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'Home Run' Film Producer to Struggling Christians: Change Is Possible

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  • Scott Elrod as "Cory Brand."
    (Photo: Kelly Kerr)
    Scott Elrod as "Cory Brand."
By Jeff Schapiro, Christian Post Reporter
April 18, 2013|6:52 pm

"Home Run," a new faith-based film that hits theaters Friday, tells the story of a professional baseball player as he deals with an addiction to alcohol that puts his career in jeopardy. In an interview with The Christian Post, producer Carol Spann Mathews shared the message that she hopes Christians will take away from the film: change is possible.

"I think the thing that I just want to say over and over again is that I believe that there's a huge population of believers, Christians, who sit in our churches week after week and they're feeling very alone," said Mathews, who has produced television series that have aired on The Family Channel, ESPN and ESPN Original Entertainment. "And they're good-willed people, they worship, they do the Bible studies, they're decent people, but they're buckling under a load of shame and guilt from past decisions or habits they can't break. And I believe that this movie is for them, because I think it says, first and foremost, that they're not alone, and that everyone struggles, and that there's hope for change."

Cory Brand, the main character in "Home Run," is a star athlete whose alcoholism catches up with him when he gets a DUI and is suspended by his team. His agent, in an attempt to salvage his career, sends him to his hometown, where he must coach a youth baseball team while also working his way through a faith-based recovery program, Celebrate Recovery.

In order to prepare for the making of the film, Mathews and several others who worked on the film project joined Celebrate Recovery groups. At first, she admits, she didn't think she could relate to the struggles of the other women in her group, but she quickly found out just how much she had in common with them.

"What I realized after several weeks is … I realized that I'm just like them," said Mathews. "And while they might use cocaine I might use a cupcake. You anesthetize one way and I anesthetize another, but we're both using, so to speak, to escape some kind of pain. And even as a believer in Christ, we often substitute the love and the comfort of Jesus with something else. And it's a cheaper version, and it usually creates some sort of problem for us."

The filmmakers' experience in their recovery groups affected the way Cory's story is told, noted Mathews. His journey is also unique among faith-based films, she said, because of the way the screenplay was structured.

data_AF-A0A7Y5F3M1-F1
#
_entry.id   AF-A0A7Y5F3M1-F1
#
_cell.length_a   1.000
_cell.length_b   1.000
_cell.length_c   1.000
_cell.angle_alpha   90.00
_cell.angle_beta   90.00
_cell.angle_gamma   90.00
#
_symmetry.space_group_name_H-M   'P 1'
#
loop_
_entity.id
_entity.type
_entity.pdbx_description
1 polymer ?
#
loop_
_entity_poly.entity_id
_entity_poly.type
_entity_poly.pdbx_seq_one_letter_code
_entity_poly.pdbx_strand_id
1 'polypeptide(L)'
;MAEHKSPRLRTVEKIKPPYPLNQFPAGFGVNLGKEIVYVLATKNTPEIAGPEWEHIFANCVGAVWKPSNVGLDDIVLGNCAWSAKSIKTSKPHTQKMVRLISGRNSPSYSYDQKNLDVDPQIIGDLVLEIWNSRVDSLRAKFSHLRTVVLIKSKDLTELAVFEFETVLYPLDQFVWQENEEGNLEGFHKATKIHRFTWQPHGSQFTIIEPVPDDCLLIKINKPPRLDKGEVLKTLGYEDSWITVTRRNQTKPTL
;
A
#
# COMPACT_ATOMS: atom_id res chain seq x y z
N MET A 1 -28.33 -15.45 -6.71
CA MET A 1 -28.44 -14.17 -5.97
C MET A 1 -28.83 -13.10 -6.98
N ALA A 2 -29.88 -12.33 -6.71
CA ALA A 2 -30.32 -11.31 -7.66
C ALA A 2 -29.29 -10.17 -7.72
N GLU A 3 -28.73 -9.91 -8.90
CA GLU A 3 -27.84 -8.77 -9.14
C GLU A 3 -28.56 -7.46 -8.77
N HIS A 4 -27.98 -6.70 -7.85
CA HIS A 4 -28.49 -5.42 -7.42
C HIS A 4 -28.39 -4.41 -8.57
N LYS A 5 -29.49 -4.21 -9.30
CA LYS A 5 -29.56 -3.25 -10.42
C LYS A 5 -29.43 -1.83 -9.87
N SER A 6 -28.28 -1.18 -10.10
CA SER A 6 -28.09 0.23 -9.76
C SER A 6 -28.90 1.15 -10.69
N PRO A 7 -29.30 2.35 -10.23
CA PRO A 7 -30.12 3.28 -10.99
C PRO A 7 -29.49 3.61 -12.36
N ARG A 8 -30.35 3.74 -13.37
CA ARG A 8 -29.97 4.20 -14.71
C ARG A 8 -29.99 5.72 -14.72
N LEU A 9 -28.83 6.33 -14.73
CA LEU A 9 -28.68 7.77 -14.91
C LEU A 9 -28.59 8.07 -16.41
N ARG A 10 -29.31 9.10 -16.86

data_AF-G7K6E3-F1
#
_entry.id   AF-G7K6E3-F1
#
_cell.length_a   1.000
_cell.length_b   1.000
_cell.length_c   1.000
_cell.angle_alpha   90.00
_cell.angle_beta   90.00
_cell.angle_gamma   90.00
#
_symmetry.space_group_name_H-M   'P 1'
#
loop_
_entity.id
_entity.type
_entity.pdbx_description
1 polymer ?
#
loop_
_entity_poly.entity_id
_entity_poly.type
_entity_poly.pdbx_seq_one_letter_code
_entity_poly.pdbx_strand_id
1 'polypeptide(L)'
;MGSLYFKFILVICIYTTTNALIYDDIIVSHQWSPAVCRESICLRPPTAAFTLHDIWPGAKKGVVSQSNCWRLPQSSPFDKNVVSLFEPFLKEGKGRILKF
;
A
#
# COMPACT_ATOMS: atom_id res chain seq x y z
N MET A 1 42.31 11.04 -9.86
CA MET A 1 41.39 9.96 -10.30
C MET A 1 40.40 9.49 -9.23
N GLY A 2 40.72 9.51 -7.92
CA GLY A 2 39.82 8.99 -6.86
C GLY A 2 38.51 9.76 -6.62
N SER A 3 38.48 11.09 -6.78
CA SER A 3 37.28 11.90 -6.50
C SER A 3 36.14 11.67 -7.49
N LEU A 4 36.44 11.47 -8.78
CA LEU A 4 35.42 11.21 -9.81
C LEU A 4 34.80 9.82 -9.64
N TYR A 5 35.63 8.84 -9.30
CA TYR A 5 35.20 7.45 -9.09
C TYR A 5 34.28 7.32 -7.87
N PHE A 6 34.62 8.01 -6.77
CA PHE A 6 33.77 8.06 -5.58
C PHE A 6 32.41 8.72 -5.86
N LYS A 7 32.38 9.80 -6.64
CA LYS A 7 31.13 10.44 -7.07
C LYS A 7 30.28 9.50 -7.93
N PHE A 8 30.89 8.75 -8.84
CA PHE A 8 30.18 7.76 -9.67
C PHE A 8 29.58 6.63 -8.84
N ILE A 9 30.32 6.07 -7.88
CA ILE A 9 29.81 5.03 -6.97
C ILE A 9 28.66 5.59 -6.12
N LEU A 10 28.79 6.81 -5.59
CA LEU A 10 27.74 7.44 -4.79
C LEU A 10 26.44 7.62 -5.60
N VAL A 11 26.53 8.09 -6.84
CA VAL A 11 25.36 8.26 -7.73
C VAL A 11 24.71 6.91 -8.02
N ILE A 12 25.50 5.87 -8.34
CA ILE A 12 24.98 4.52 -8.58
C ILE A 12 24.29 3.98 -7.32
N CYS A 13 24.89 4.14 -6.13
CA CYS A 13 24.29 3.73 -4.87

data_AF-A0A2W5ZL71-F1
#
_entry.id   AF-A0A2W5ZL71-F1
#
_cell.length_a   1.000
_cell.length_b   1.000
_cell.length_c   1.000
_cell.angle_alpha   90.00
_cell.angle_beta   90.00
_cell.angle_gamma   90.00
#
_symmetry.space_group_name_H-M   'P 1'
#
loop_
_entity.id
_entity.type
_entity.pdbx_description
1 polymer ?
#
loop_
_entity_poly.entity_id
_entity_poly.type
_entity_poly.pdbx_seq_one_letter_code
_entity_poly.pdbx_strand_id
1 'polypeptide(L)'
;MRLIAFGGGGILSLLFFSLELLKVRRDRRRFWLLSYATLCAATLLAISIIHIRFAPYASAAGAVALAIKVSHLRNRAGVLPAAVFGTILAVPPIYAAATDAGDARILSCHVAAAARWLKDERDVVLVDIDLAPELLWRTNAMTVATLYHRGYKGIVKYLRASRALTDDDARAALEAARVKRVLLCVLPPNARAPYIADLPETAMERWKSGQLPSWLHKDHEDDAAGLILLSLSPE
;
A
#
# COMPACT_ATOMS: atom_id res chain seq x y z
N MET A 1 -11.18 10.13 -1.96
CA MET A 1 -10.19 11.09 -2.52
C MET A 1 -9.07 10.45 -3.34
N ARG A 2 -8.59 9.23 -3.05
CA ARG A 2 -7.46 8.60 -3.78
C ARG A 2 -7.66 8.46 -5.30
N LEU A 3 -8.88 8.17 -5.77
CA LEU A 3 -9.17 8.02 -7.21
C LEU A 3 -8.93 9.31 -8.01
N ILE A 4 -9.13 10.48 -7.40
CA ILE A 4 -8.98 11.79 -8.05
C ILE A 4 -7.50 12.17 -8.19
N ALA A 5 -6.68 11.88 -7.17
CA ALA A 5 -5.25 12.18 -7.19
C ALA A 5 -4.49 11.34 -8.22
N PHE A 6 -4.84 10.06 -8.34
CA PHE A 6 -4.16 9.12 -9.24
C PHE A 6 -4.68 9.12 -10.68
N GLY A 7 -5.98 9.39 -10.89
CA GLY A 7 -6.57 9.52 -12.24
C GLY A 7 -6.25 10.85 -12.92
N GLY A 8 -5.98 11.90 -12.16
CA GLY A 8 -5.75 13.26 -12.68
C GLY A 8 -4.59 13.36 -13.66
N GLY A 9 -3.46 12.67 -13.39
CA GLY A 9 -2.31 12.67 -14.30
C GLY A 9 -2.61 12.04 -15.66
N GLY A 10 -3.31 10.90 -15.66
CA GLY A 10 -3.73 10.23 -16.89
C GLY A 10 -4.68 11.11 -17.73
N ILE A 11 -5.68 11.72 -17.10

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"I think, typically, a faith film might have grabbed him a little earlier and had him hit rock bottom a little sooner, and then we would have seen him come to Jesus and all that," she said. "While nothing is bigger than the Gospel message, for sure, for this film I wanted to tell the message of surrender. And I wanted to show his fight; he was going to fix himself. As soon as he realized he had a problem, which it took him a long time to realize that, which is not unlike a lot of us, then he determined in and of himself that he would solve it, and it was a very hard day for him when he realized that he couldn't."

The success of independent films such as "Fireproof" and "Courageous," in addition to the popularity of faith-themed television series like "The Bible," has some people in Hollywood wanting to tap into the Christian film market, said Mathews. Still, faith-based films generally have an "absolutely terrible" reputation in Hollywood, she noted, as many people expect them to consist of poor storytelling and low production value.

"So as somebody who's about to step into that, I wanted to make the best movie I possibly could," she emphasized.

The scriptwriting for "Home Run," which is the first feature-length film produced by Mathews, took a year and a half to complete. Although she didn't write the screenplay, she said she was heavily involved in guiding the film's four writers throughout the process.

It was the script, she said, that attracted Director David Boyd, who has worked as a director on popular television shows such as "Friday Night Lights" and "The Walking Dead." Mathews said Boyd then attracted actors such as Scott Elrod ("Argo," "The Switch"), who plays Cory, and Vivica A. Fox ("Kill Bill," "Independence Day"), who plays sports agent Helene Landy. Mathews said it is by "God's grace" that such a talented group came together to make the film.

"Home Run" will premiere Friday at select theaters nationwide. Information about which theaters will be carrying the film is available on the movie's website.

 

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